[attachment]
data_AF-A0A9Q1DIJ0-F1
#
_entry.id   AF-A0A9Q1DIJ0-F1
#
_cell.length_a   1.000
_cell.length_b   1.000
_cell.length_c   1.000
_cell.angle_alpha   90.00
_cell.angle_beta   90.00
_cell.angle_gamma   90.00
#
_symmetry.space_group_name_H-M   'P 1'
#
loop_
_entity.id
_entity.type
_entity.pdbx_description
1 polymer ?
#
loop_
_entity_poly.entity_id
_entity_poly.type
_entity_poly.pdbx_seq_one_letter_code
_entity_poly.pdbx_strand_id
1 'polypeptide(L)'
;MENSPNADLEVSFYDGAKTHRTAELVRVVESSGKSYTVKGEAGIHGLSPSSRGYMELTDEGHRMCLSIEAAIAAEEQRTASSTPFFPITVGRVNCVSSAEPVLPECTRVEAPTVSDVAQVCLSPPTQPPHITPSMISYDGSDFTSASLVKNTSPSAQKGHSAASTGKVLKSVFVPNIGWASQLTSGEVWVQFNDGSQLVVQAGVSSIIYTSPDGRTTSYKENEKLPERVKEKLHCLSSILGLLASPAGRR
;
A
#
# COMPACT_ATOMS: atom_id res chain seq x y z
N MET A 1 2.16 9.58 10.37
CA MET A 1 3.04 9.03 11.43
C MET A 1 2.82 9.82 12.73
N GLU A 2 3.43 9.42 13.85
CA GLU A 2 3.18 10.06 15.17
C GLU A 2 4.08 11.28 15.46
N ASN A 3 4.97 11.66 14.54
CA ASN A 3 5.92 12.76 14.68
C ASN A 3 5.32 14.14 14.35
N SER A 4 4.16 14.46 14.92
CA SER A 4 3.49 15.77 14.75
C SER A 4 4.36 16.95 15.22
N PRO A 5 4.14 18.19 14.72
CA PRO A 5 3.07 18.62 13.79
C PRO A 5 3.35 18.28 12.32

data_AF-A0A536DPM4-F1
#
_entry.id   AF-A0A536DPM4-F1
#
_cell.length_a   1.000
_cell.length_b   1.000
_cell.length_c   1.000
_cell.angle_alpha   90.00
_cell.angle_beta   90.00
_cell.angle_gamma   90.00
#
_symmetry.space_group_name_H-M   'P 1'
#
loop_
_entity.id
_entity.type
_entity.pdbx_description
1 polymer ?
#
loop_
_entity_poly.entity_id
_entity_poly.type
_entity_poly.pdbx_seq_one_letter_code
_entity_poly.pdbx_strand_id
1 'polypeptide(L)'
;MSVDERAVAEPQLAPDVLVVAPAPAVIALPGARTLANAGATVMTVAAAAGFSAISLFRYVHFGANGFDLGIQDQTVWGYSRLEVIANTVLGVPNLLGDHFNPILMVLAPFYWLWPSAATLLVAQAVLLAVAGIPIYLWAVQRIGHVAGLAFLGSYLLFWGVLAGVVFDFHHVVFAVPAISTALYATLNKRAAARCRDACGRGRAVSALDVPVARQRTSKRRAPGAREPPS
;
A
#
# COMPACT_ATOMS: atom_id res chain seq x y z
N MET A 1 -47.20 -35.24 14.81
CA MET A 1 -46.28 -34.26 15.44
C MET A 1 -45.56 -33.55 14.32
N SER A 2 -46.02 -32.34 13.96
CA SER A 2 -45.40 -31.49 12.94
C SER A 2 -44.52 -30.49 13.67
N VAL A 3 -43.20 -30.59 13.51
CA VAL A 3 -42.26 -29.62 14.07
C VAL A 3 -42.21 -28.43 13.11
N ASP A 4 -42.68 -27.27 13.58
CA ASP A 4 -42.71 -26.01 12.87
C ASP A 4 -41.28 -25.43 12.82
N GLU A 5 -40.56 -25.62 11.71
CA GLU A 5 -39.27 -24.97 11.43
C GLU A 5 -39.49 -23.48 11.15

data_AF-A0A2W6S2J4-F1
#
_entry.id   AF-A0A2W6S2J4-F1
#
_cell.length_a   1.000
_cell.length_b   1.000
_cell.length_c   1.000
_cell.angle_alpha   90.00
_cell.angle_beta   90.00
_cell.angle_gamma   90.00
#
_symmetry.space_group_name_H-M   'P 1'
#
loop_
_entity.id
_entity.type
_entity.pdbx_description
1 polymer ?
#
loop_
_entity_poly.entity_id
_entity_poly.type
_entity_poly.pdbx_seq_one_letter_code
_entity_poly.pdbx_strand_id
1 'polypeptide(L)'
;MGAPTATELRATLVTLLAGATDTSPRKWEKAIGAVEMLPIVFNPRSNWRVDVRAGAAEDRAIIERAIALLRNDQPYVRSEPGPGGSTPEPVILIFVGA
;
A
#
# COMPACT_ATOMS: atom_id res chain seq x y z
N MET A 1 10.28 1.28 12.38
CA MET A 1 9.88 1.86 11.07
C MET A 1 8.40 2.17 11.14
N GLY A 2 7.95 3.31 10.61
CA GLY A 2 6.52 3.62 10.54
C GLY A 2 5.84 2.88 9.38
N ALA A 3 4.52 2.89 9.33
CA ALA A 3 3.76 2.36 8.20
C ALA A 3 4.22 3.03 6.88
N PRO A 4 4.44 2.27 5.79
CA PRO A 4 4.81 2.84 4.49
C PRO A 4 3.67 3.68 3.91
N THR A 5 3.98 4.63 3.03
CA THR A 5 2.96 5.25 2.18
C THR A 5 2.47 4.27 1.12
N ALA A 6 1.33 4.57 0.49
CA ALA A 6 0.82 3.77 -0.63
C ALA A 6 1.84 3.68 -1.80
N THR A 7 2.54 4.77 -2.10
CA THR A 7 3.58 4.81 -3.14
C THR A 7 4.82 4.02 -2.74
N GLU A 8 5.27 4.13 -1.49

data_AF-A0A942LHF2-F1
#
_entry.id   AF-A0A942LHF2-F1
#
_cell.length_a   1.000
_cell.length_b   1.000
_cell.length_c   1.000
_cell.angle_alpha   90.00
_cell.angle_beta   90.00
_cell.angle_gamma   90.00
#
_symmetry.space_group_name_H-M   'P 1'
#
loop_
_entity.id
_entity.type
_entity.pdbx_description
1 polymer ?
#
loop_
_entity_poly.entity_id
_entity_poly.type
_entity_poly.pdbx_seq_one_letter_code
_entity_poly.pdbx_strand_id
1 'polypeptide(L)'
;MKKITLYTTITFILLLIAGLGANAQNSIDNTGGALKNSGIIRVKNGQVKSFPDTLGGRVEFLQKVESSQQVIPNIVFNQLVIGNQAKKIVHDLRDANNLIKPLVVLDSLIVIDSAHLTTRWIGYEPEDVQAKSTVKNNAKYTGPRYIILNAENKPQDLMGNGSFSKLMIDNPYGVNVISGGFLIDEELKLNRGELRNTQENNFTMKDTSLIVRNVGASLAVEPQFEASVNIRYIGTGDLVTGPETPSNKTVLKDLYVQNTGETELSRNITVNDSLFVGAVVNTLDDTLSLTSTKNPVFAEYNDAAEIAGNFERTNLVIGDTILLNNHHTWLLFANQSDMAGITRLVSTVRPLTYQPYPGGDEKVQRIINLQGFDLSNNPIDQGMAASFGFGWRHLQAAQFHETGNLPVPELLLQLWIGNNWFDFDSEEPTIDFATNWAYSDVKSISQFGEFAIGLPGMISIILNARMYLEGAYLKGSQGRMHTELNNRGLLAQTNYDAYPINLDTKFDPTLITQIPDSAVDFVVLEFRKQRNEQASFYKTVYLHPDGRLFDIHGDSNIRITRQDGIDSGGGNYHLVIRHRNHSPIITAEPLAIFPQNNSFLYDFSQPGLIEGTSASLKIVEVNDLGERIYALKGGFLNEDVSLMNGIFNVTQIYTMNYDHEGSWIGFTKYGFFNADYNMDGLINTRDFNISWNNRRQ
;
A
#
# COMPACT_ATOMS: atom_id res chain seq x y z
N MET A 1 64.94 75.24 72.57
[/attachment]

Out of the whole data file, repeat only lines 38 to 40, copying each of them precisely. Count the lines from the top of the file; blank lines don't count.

CA ASN A 3 5.92 12.76 14.68
C ASN A 3 5.32 14.14 14.35
N SER A 4 4.16 14.46 14.92